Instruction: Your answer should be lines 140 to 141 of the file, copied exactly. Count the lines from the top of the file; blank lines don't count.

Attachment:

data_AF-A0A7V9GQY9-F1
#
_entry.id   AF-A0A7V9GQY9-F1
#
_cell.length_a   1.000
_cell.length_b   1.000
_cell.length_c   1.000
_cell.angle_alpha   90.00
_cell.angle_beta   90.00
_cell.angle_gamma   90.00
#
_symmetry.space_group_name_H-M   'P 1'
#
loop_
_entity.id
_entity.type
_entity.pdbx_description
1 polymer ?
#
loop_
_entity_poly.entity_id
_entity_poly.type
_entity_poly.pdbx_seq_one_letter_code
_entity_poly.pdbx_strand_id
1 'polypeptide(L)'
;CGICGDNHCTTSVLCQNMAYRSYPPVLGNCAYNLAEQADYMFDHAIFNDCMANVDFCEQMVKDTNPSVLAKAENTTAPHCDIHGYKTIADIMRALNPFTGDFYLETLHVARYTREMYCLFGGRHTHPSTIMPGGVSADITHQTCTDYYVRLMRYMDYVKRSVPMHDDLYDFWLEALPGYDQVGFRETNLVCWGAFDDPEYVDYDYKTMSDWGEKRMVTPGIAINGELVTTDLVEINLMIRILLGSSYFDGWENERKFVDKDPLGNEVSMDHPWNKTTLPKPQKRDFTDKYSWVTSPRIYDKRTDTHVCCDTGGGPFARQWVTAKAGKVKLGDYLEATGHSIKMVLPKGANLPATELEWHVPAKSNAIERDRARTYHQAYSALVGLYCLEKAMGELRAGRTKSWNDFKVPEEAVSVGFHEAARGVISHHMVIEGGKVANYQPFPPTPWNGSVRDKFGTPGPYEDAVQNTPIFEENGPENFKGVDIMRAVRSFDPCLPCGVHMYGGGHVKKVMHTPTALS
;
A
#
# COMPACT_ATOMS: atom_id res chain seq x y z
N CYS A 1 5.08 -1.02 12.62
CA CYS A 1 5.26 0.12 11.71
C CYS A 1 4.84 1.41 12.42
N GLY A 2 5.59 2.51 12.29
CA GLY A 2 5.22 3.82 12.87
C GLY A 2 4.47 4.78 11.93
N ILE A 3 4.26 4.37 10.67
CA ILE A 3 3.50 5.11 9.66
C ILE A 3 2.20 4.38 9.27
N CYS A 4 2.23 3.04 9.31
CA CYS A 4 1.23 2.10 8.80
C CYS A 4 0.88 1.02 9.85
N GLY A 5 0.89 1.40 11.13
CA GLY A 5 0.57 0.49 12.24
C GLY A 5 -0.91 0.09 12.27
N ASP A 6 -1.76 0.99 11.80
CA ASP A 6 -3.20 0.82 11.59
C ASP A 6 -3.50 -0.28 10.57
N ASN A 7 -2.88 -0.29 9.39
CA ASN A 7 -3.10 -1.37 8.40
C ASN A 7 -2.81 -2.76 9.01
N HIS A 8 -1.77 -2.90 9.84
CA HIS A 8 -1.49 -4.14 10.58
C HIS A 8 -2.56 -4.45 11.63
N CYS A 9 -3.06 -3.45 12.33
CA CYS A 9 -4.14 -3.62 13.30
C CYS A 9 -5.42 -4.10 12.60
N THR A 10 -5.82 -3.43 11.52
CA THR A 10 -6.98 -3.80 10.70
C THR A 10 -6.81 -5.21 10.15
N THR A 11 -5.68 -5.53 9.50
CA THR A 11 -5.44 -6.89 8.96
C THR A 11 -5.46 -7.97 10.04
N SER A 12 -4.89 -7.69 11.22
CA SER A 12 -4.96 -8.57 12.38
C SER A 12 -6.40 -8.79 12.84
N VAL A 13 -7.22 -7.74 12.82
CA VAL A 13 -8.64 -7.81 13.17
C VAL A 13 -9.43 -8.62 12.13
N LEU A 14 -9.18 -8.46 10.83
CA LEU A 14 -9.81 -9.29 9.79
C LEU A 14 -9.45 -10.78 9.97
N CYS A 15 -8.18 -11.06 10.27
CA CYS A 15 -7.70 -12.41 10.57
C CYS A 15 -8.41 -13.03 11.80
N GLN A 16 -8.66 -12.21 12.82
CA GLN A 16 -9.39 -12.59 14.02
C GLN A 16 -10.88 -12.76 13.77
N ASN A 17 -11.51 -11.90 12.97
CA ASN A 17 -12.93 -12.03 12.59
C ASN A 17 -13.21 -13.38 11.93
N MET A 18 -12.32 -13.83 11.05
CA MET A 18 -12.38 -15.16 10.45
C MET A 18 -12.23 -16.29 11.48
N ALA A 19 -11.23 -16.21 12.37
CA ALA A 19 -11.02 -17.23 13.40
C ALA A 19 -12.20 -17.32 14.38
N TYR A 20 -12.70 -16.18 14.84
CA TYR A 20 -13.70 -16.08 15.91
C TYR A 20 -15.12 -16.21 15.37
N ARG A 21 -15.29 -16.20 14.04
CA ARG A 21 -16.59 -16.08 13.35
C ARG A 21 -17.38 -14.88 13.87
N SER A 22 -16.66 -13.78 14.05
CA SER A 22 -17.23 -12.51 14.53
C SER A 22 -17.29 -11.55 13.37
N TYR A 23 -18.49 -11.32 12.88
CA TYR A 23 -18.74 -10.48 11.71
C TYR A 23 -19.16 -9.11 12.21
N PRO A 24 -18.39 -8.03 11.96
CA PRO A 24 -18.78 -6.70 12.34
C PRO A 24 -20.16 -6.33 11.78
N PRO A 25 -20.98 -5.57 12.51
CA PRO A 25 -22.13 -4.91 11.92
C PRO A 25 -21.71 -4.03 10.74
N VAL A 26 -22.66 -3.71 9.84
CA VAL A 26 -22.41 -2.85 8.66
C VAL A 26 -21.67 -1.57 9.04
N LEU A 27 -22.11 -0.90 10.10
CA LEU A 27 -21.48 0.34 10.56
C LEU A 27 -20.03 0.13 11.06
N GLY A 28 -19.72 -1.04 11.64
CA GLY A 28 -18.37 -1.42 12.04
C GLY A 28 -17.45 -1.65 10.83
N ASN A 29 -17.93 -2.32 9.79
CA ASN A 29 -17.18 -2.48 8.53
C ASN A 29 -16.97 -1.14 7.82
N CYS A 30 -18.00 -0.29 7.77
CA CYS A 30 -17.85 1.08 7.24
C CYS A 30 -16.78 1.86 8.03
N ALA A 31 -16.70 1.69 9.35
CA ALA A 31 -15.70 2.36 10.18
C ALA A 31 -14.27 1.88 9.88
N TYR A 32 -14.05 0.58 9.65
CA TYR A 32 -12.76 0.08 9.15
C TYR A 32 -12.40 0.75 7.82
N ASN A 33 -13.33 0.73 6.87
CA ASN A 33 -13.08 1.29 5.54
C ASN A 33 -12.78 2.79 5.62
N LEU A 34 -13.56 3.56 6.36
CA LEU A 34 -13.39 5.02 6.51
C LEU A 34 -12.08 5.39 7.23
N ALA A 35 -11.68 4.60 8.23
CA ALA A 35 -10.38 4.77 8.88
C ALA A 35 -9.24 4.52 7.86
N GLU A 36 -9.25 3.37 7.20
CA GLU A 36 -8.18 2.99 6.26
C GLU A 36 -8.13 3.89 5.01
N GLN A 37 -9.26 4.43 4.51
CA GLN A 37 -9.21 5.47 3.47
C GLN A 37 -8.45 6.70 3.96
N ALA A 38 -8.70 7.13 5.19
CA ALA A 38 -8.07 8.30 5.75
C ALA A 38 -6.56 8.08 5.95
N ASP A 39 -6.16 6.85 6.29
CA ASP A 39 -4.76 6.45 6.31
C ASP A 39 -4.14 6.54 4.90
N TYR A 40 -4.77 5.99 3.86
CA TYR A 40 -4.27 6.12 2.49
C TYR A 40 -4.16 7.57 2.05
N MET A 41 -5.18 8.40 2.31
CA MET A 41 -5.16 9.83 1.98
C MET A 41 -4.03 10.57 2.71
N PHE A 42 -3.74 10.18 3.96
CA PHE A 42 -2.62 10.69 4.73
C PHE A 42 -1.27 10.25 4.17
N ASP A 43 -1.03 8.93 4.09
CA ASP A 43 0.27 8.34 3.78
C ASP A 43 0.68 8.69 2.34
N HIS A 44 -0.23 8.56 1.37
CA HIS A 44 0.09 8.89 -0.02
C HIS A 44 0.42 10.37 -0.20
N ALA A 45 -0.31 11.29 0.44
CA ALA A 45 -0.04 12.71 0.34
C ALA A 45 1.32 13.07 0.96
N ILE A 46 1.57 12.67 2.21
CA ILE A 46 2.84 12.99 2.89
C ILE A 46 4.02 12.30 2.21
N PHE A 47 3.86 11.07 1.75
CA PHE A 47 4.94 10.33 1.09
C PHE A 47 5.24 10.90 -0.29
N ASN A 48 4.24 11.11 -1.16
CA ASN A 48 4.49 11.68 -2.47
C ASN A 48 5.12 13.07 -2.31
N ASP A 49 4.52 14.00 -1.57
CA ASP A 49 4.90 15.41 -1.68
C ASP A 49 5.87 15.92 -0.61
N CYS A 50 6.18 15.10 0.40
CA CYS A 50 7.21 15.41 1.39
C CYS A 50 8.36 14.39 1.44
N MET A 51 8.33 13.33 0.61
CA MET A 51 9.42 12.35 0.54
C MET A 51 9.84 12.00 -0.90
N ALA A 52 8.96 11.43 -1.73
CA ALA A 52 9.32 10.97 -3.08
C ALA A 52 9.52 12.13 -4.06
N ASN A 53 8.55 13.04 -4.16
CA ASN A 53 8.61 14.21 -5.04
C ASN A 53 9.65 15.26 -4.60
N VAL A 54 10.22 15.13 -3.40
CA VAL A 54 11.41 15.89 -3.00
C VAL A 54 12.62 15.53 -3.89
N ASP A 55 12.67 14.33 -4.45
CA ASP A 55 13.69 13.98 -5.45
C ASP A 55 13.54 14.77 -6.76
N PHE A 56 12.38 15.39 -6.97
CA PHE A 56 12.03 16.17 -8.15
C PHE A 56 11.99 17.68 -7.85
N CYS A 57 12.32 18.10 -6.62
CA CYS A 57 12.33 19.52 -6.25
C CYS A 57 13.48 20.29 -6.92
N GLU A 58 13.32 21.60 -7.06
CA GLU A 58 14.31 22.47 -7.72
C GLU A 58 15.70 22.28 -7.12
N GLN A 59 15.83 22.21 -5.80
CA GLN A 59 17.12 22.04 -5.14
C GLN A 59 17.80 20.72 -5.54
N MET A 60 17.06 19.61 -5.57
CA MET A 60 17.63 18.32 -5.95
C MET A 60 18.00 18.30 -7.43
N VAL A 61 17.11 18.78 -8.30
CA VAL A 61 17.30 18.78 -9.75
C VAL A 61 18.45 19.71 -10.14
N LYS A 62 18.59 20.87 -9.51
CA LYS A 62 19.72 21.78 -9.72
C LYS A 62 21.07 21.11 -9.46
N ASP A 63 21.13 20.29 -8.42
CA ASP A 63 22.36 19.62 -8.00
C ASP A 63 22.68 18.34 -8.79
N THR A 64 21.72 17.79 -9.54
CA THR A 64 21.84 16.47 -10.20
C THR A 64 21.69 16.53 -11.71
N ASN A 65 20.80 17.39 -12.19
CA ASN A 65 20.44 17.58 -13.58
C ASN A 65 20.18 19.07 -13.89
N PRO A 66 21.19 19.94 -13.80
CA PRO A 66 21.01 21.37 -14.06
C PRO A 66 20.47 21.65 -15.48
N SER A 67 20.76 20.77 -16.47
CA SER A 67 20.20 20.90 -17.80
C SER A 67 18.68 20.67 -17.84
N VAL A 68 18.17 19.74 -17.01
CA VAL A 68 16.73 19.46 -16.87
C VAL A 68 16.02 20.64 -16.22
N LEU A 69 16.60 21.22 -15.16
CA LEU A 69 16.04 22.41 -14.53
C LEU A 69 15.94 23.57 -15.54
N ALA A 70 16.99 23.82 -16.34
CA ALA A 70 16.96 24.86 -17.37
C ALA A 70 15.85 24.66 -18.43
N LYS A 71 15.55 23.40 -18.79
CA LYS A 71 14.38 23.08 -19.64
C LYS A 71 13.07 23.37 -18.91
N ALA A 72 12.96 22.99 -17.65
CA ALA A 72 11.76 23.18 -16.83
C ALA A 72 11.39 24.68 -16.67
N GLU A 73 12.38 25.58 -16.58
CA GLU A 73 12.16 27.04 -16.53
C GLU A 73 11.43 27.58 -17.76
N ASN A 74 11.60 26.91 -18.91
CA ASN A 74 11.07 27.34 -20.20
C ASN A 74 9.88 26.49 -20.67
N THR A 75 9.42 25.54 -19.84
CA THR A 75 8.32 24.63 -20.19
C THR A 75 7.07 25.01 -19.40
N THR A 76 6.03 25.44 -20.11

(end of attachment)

CA GLN A 37 -9.21 5.47 3.47
C GLN A 37 -8.45 6.70 3.96